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Posts for tag: Stress Fractures

By Dr. Mayer Salama and Dr. Daniel Salama
November 15, 2017

In 2004, Duke University Medical Center conducted a study about how Basketball players move and how it affects them. This study allowed them to better understand the cause of stress fractures. This breakthrough allowed podiatrists and scientists to better understand the mechanics of the foot and why it is so susceptible to stress fractures. In particular, it focused on basketball players, as they are one of the many types of athletes who suffer from stress fractures and other foot related conditions. They are constantly on their feet and moving them at quick, sharp angles.

In order to research this topic, the group used 11 male college basketball players for the test. They used special electronic sensors that were able to give continuous readings when they were inserted into the soles of the shoes of the basketball players. They also used sensors on two major foot muscles to monitor their activity.

After the players were hooked up they were asked to perform 3 typical basketball maneuvers. These maneuvers were: landing on one foot after a jump, changing direction 180 degrees during a side shuffle and pivoting 180 degrees during a sprint forward. These three motions are the top three that cause stress fractures in the feet of basketball players.

After each player participated and performed as per the test, the results were collected and evaluated. The scientists concluded that simply adding more arch support to the shoes of the athletes could minimize the risk of career ending stress fractures. This allowed for athletes and their podiatrists to focus on a different type of fit for their shoes. Instead of shoes with a lower arch, they would need to look for shoes with a higher, more supportive arch to enable more cushion and shock absorption. Due to these heightened benefits, they would be less likely to suffer a stress fracture.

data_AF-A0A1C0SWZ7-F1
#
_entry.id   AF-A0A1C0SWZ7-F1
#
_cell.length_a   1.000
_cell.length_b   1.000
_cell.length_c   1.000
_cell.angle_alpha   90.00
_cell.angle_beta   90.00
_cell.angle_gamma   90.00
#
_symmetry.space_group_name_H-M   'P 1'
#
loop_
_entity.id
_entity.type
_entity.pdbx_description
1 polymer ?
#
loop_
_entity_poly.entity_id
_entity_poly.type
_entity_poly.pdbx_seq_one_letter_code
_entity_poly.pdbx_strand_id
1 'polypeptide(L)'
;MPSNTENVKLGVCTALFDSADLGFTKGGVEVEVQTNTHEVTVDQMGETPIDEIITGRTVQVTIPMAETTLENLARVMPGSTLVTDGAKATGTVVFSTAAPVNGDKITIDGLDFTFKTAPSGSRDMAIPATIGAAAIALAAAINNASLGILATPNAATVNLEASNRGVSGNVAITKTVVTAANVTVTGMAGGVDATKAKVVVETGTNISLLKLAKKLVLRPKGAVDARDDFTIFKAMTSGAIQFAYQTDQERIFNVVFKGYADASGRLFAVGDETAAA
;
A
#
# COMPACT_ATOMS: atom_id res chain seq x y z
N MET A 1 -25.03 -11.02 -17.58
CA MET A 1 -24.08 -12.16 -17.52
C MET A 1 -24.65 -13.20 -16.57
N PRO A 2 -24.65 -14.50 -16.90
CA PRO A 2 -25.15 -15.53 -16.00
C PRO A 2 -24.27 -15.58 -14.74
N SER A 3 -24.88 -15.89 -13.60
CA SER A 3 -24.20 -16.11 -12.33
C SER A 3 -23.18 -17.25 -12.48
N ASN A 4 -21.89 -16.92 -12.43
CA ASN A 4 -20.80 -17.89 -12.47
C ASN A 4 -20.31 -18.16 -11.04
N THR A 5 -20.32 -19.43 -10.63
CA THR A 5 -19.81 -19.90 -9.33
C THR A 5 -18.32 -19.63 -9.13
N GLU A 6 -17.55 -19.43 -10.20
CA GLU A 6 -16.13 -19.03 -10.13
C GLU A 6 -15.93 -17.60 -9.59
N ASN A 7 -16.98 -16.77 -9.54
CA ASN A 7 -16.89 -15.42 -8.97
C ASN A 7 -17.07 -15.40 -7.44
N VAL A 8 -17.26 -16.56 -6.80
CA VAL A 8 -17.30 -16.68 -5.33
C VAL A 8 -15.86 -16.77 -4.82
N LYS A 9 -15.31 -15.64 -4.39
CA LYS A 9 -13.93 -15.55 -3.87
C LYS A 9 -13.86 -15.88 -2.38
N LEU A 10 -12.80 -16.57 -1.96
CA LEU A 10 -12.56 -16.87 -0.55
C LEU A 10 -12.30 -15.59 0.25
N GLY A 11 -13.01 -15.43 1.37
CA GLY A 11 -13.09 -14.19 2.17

Do you or a loved one play basketball? Are you having a hard time choosing the right shoes for the sport? It is time to see a podiatrist from Dr. Mayer Salama and Dr. Daniel Salama located in Dearborn, Farmington Hills, Clarkston, and Trenton, Michigan. Dr. Mayer Salama and Dr. Daniel Salama will help you choose the right shoes for your sport. Call 313-274-0990 or make an appointment online to help. We know athletic feet.

By Dr. Mayer Salama and Dr. Daniel Salama
August 24, 2017
Category: Foot Conditions

Your feet are in constant chronic pain. You have tried medication, shots, physical therapy, acupuncture and all kinds of different methods to try to keep the pain down. Nothing you have done is working and you are getting desperate. You don’t want to live with the pain and you want peace again. Fortunately you don’t have to lose hope! Radial shockwave therapy may be the right choice for you.

Shockwave therapy is a good alternative if you have tried every other option for pain management. This treatment treats the bones in the body and gets to the core of the problem instead of just treating the symptoms. It loosens any calcium deposits that have built up on the bones and tendons to help the body stimulate the healing process. 

How does it work?

A physiotherapist will use a shockwave applicator to the injured and pained area. Within 24 hours you should notice reduced pain. It usually takes 5 total treatments done every other week in order for the therapy to be effective. Many patients feel some sort of result immediately after their first therapy and many feel the effects long after.

What issues can this be used for?

Has evidence proves this even works?

The 2005 Journal of Orthopedic Research indicated that there was a 90% success rate for patients that suffered from plantar fasciitis.